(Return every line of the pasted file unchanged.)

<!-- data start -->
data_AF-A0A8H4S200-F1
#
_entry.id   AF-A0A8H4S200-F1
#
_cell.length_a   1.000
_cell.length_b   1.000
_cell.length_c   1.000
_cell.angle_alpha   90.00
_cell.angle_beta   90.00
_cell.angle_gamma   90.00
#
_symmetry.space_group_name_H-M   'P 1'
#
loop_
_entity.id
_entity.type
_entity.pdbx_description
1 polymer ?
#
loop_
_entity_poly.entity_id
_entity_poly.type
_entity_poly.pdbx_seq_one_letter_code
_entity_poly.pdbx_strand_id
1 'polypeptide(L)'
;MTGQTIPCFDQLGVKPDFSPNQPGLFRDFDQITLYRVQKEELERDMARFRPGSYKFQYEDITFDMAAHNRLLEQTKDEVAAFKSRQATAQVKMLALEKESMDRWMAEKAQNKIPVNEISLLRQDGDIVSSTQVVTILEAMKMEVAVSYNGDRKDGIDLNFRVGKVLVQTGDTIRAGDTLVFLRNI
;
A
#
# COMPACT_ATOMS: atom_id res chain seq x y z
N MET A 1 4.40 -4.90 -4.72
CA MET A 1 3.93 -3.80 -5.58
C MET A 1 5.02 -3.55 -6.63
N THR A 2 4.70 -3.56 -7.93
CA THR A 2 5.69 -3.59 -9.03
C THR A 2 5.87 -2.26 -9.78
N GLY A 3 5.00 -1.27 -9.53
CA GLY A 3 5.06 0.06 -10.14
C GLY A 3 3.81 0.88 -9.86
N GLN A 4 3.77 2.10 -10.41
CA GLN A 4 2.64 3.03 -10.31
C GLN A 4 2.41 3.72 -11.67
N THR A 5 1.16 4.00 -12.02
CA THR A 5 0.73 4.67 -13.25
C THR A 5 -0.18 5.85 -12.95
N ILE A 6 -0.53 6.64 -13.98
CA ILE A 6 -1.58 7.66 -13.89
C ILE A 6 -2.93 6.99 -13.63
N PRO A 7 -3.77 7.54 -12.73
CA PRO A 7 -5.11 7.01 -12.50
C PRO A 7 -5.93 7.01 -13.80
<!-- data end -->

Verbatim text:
data_AF-A0A8H4S200-F1
#
_entry.id   AF-A0A8H4S200-F1
#
_cell.length_a   1.000
_cell.length_b   1.000
_cell.length_c   1.000
_cell.angle_alpha   90.00
_cell.angle_beta   90.00
_cell.angle_gamma   90.00
#
_symmetry.space_group_name_H-M   'P 1'
#
loop_
_entity.id
_entity.type
_entity.pdbx_description
1 polymer ?
#
loop_
_entity_poly.entity_id
_entity_poly.type
_entity_poly.pdbx_seq_one_letter_code
_entity_poly.pdbx_strand_id
1 'polypeptide(L)'
;MTGQTIPCFDQLGVKPDFSPNQPGLFRDFDQITLYRVQKEELERDMARFRPGSYKFQYEDITFDMAAHNRLLEQTKDEVAAFKSRQATAQVKMLALEKESMDRWMAEKAQNKIPVNEISLLRQDGDIVSSTQVVTILEAMKMEVAVSYNGDRKDGIDLNFRVGKVLVQTGDTIRAGDTLVFLRNI
;
A
#
# COMPACT_ATOMS: atom_id res chain seq x y z
N MET A 1 4.40 -4.90 -4.72
CA MET A 1 3.93 -3.80 -5.58
C MET A 1 5.02 -3.55 -6.63
N THR A 2 4.70 -3.56 -7.93
CA THR A 2 5.69 -3.59 -9.03
C THR A 2 5.87 -2.26 -9.78
N GLY A 3 5.00 -1.27 -9.53
CA GLY A 3 5.06 0.06 -10.14
C GLY A 3 3.81 0.88 -9.86
N GLN A 4 3.77 2.10 -10.41
CA GLN A 4 2.64 3.03 -10.31
C GLN A 4 2.41 3.72 -11.67
N THR A 5 1.16 4.00 -12.02
CA THR A 5 0.73 4.67 -13.25
C THR A 5 -0.18 5.85 -12.95
N ILE A 6 -0.53 6.64 -13.98
CA ILE A 6 -1.58 7.66 -13.89
C ILE A 6 -2.93 6.99 -13.63
N PRO A 7 -3.77 7.54 -12.73
CA PRO A 7 -5.11 7.01 -12.50
C PRO A 7 -5.93 7.01 -13.80